Regulating Executive Remuneration after the Global Financial Crisis: Common Law Perspectives
Jennifer G. Hill
University of Sydney - Faculty of Law; European Corporate Governance Institute (ECGI); NYU Law School, Hauser Global Fellows Program
RESEARCH HANDBOOK ON EXECUTIVE PAY, J. Hill and R. Thomas, eds., Forthcoming
Sydney Law School Research Paper No. 11/91
Executive pay has become a regulatory flashpoint of the global financial crisis. In contrast to the traditional non-interventionist approach to executive compensation, it has galvanized regulators around the world to search for effective responses to the perceived problem of executive pay.
These developments have also shifted the focus of research in the area of executive pay. Although since the 1990s, there has been much research on the determinants of executive pay, there was far less on policies to control executive remuneration. The global financial crisis has altered this. Executive compensation is once again portrayed as a corporate governance problem in search of a solution.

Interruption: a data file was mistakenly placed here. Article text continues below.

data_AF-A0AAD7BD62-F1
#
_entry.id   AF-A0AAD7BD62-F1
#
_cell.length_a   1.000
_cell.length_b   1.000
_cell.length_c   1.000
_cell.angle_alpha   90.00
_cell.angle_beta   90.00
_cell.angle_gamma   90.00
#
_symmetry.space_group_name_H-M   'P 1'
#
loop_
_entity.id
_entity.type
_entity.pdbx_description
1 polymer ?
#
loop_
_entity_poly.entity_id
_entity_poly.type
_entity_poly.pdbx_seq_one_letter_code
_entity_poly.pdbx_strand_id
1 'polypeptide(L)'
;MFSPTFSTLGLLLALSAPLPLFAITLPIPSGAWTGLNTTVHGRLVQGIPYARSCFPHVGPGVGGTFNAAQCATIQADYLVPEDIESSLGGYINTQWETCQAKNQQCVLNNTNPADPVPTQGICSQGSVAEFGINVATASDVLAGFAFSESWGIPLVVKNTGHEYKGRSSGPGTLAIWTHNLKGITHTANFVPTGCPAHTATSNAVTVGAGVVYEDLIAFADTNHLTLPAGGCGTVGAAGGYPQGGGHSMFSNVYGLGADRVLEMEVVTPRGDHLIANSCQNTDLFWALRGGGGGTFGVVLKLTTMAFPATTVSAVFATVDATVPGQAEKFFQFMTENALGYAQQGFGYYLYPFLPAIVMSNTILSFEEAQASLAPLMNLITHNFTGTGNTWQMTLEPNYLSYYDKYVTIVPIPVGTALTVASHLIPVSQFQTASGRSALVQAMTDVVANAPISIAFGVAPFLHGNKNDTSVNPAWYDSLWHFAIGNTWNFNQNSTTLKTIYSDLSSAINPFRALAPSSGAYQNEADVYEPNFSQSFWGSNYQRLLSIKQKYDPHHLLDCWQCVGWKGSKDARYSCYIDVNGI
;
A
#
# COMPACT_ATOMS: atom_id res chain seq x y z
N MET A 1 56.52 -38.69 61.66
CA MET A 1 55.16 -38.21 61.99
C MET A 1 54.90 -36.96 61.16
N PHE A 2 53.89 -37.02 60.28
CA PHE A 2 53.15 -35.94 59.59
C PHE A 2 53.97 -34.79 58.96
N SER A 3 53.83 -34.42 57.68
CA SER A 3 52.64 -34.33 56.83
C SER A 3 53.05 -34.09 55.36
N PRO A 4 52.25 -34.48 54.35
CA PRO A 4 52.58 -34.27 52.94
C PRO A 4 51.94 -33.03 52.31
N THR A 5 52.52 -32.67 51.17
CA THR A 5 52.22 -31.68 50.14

This chapter for the Research Handbook on Executive Pay, a forthcoming book on international executive compensation to be published by Edgar Elgar Publishing, explores a range of responses to the global financial crisis concerning the regulation of executive pay in three common law jurisdictions - the United States, United Kingdom and Australia.
Number of Pages in PDF File: 45
Keywords: executive compensation, remuneration, shareholders, directors, disclosure, directors’ duties, comparative corporate governance, corporate scandals, global financial crisis, regulation
JEL Classification: G30, G34, J33, K22, K33, K40, M14, M52, 016
Date posted: November 9, 2011 ; Last revised: November 28, 2011
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